Meanwhile poorer districts like Philadelphia’s have been forced to essentially stop teaching for weeks. College preparation has been left to students, families and whatever school staff they can connect with for informal support. All this could leave Philadelphia students at a “significant disadvantage” when it’s time to apply to college, Horne said, especially next year, when current juniors will have little or nothing to show from the current semester.
Even if students aren’t learning much, “colleges still have their requirements,” Horne said. “It’s been heaviest on our 9th to 11th graders, because their learning process has been so badly disrupted before they could produce evidence of their learning,” she said.
Horne said that current seniors face disruptions of their own. Many have already applied and been accepted at various schools, and much of the basic admissions machinery is still operating as usual. “Admission letters and financial aid letters are still on schedule,” said Horne.
But unlike in years past, once seniors are accepted, they’ll be unable to follow up by seeing campuses and meeting professors in person. “They’re making their decisions but they can’t make their campus visits.”
Horne said that she won’t be surprised to see more colleges relax their admissions policies to accommodate the millions of students nationwide whose 2020 school year has been a near washout. Many mid-level schools have already gone “SAT optional” to level the playing field, she said, and in response to the pandemic, some highly selective colleges like Swarthmore and Haverford have joined them – at least temporarily.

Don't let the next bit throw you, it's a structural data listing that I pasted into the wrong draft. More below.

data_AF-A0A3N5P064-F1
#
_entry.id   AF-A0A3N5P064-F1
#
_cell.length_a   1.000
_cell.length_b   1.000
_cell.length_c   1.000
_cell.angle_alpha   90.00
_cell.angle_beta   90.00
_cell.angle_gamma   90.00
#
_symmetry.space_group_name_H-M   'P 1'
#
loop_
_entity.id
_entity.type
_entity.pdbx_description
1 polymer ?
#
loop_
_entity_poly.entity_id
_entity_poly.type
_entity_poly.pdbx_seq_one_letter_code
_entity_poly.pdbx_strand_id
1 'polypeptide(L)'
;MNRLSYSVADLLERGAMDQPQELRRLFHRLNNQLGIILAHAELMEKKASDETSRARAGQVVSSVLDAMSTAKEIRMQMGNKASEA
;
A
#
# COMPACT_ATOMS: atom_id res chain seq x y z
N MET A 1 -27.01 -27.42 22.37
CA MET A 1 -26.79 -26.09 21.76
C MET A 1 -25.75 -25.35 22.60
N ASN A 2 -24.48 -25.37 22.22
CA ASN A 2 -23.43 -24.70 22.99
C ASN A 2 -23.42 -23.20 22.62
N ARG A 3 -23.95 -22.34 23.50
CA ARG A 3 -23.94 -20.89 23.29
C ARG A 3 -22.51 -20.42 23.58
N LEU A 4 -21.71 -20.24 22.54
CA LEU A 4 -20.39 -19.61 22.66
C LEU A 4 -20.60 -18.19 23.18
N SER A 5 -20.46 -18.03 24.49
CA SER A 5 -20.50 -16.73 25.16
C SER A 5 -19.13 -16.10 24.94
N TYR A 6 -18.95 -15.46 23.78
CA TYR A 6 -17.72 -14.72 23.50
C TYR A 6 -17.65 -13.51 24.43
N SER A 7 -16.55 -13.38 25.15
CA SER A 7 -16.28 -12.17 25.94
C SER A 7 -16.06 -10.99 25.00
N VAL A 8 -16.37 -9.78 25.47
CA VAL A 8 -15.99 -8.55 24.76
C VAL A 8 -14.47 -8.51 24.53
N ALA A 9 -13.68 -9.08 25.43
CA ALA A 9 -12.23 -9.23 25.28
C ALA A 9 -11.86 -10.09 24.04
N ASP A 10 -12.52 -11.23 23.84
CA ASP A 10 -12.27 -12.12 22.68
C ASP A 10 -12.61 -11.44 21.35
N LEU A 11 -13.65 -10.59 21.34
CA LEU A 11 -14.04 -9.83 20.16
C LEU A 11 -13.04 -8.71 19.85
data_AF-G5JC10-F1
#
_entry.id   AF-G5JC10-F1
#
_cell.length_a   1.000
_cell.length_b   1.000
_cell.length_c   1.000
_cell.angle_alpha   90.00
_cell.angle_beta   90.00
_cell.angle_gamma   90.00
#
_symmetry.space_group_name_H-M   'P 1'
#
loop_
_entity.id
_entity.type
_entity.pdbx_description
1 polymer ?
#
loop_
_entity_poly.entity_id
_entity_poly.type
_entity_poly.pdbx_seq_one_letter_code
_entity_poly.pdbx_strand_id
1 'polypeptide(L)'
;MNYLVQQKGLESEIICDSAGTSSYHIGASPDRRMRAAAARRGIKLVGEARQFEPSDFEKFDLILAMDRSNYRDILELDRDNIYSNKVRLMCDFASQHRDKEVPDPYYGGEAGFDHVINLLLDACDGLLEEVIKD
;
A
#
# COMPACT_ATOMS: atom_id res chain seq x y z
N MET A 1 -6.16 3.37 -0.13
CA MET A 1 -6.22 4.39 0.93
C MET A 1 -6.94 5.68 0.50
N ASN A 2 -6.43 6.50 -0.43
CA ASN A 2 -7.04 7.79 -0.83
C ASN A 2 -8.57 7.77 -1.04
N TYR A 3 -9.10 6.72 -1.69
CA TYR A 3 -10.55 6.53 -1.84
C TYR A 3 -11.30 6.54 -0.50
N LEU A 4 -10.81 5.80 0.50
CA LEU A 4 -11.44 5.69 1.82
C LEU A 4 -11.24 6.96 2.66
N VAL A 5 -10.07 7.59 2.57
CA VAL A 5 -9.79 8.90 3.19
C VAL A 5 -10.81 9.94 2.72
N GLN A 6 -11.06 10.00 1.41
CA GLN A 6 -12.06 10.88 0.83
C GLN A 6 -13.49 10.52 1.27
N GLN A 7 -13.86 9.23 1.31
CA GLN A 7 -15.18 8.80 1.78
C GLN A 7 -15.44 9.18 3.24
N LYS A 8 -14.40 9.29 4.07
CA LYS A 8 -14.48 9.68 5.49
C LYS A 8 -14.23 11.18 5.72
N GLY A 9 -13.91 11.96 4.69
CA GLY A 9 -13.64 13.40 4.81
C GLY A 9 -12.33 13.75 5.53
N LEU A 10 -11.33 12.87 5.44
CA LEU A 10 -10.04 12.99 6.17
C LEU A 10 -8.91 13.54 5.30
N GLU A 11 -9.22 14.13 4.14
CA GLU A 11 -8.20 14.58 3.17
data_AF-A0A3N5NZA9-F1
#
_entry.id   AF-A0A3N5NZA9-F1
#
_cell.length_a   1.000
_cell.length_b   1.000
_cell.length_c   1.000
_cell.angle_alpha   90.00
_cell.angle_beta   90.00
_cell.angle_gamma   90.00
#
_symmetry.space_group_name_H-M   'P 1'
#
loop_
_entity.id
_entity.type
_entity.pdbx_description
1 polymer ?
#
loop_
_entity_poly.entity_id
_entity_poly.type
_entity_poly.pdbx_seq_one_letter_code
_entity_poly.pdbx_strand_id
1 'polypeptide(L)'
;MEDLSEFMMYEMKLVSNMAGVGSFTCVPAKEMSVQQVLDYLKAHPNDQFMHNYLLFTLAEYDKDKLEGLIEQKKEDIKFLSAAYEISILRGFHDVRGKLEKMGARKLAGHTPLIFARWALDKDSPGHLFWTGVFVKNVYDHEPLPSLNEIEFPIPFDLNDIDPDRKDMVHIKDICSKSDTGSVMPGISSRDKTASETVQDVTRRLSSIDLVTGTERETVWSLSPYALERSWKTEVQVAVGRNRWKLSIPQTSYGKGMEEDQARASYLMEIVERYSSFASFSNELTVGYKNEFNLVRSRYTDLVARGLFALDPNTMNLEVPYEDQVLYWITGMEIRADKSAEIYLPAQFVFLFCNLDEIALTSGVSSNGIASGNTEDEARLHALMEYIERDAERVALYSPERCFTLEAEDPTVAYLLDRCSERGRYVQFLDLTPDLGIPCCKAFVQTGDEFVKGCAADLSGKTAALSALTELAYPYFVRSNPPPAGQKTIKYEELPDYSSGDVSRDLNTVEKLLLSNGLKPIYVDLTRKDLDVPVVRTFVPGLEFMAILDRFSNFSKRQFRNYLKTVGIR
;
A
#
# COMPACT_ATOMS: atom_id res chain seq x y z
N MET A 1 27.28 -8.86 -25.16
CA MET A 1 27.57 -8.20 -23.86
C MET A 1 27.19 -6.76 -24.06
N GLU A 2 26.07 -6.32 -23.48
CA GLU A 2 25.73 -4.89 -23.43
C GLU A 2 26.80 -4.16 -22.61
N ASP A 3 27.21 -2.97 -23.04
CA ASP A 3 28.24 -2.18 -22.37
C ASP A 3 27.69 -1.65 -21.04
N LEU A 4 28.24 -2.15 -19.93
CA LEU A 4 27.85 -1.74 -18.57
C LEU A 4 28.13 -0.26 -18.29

But for now, with so much changing so fast, Horne said she’s advising current juniors to keep prepping for the SATs, even if it’s not clear when they’ll be offered again or whether they’ll even be necessary.
“We’re still messaging to juniors, plan on taking it,” Horne said.
Looking for help in ‘a ghost town’
Back at Sayre, when parents and students look to graduation and beyond, all they see is uncertainty.
“It’s a hold on everything right now – you can hardly wipe your butt, you know what I’m saying? It’s hard in society,” said Albert Seidel, father of a Sayre student. “Everything’s stopped. It’s like a ghost town.”
Seidel and his son Jamaal came to Sayre to get the sophomore’s laptop. Jamaal said he has a general interest in college – “criminal justice and basketball,” his father chimed in – but little in the way of specific plans to get there. Since the shutdown began in March, Jamaal’s education has slowed to a crawl, the pair said.
“I’ve been in touch with a couple teachers – they reached out to me, just saying, be careful,” Jamaal said.
The elder Seidel says that his son will be all right “as long as he stays positive.” But he also feels his family is very much on its own to navigate the shutdown and its aftermath. From District headquarters to City Hall to the White House, he sees few public officials who can be trusted to provide reliable leadership right now.
“Anybody in office – they all lie,” Seidel said.
Another sophomore, Yasin Williams, arrived at Sayre on his own to pick up what he said was the first laptop he could ever call his own.
“This is my first jawn – gonna get this work done, pass my grades, achieve,” said the slender young man with a smile.
For Williams, the shutdown has been almost devoid of academics so far. Mostly what he’s done is hang out with friends: “Play games, talk, have fun, get with girls,” he laughed.